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The early appearance of a second American edition of Sahli's Diagnostic Methods is evidence of the usefulness and popularity of this excellent work, the special strength of which lies probably in the fact that, as pointed out by the author in the preface, it is not a mere compilation. One may indeed turn to most of the sections and find a good discussion of diagnostic methods by a wise and experienced observer. It is a well-rounded work in which the personal experience of the author is evident at many points.
Nothing could be sounder than the remarks on percussion (page 154) and the statement that `` . . . the percussion note which is loud enough to be heard at considerable distance is generally faulty.'' The observation on page 265 apropos of auscultation of the heart that ``we should always auscultate the patient in different positions, particularly standing and lying down,''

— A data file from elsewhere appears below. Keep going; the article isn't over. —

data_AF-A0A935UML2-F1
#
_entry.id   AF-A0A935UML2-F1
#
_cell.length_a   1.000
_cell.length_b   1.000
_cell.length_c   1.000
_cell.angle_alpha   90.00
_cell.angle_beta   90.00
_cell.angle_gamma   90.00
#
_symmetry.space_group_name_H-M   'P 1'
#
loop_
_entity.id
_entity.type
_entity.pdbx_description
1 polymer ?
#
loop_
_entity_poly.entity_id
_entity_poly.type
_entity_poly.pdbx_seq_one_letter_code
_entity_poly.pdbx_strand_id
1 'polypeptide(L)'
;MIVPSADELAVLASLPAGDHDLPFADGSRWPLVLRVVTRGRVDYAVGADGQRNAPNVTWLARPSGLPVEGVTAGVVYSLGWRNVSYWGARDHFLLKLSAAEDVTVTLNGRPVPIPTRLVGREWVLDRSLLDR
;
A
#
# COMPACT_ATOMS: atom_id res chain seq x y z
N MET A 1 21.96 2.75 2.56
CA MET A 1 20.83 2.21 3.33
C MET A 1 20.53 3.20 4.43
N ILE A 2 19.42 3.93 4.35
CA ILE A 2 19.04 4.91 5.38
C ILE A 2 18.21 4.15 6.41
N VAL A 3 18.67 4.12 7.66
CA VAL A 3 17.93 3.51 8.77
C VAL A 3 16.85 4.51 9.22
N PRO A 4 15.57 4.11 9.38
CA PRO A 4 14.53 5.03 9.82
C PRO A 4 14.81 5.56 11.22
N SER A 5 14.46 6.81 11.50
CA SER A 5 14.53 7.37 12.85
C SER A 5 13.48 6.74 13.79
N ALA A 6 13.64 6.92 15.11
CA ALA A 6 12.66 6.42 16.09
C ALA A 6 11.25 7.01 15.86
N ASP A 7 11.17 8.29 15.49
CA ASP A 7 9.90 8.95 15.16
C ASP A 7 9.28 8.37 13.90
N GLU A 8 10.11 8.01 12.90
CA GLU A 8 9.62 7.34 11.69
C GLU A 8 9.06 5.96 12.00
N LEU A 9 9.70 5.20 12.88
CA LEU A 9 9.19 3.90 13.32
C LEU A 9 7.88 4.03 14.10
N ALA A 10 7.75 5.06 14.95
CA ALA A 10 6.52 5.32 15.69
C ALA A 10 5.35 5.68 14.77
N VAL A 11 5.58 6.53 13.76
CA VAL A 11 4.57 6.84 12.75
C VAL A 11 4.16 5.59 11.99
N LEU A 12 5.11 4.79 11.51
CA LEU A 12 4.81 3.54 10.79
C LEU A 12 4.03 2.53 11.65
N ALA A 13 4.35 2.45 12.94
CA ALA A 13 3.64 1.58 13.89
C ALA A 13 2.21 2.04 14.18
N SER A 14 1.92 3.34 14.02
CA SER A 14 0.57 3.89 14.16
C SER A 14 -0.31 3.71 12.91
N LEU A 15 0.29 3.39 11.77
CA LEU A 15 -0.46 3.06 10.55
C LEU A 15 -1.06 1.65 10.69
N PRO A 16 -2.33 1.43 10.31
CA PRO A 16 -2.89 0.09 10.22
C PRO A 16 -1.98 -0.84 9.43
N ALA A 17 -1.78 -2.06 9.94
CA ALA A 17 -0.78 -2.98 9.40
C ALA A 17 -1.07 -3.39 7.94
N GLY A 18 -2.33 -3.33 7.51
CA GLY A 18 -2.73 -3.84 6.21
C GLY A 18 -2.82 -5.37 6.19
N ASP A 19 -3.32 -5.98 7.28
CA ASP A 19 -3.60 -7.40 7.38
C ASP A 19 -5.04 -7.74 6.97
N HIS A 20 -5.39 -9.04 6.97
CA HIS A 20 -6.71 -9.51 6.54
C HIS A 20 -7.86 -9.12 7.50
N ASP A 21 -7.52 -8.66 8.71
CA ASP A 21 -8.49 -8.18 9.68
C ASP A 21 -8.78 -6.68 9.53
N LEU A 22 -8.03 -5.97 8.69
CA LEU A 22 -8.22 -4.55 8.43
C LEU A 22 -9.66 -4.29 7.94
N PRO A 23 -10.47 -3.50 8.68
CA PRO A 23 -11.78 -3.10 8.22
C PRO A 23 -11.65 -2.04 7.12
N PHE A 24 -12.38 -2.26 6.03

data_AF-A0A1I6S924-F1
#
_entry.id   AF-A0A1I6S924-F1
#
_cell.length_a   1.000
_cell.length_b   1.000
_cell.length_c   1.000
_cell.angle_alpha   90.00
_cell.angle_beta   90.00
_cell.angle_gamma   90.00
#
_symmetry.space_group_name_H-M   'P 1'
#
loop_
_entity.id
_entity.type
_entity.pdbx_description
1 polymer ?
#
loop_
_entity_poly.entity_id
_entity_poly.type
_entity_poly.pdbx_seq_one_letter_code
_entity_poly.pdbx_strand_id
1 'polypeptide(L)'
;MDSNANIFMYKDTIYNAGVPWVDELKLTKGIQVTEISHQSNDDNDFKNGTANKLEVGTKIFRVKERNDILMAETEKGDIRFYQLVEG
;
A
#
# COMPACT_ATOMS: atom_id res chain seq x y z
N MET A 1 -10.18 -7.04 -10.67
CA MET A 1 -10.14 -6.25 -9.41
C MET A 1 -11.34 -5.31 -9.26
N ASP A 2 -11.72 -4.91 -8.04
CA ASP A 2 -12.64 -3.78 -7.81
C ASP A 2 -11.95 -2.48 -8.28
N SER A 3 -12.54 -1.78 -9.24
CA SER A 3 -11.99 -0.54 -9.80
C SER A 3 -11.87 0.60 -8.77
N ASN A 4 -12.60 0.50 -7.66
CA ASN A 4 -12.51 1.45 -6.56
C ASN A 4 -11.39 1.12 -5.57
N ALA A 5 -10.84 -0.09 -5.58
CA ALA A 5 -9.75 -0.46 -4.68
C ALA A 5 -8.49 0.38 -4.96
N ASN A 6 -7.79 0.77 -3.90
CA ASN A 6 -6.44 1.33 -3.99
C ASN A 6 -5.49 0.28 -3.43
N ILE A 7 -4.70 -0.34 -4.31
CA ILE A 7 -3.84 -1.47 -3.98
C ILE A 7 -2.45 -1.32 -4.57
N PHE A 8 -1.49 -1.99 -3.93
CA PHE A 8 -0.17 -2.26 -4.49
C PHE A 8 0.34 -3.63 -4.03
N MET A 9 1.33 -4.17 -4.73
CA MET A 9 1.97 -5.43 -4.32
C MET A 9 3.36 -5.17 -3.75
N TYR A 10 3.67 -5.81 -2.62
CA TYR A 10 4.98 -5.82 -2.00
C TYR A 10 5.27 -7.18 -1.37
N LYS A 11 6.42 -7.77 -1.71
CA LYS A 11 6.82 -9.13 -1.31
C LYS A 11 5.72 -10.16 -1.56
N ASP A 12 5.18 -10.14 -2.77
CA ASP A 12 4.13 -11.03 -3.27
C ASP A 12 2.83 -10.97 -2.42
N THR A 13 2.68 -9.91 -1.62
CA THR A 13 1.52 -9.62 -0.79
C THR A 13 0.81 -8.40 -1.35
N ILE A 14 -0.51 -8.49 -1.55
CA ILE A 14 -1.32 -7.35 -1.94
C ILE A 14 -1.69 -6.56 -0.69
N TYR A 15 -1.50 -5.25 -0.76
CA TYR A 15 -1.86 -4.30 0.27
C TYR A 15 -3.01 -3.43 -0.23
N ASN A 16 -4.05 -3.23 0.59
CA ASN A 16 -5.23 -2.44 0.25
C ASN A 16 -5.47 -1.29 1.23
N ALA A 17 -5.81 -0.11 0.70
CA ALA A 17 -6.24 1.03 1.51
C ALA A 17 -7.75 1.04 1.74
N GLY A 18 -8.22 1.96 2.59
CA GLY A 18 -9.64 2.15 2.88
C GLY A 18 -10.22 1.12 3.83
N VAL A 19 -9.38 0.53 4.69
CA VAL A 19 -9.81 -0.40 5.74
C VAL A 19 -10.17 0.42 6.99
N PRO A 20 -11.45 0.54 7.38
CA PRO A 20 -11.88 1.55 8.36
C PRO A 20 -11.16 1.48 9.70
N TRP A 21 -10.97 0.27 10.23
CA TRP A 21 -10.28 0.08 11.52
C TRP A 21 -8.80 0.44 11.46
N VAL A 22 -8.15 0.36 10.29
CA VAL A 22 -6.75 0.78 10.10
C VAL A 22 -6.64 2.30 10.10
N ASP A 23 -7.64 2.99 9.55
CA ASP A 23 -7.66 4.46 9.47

A Treatise on Diagnostic Methods of Examination. Arch Intern Med (Chic). 1909;IV(2):191–192. doi:10.1001/archinte.1909.00050180097007
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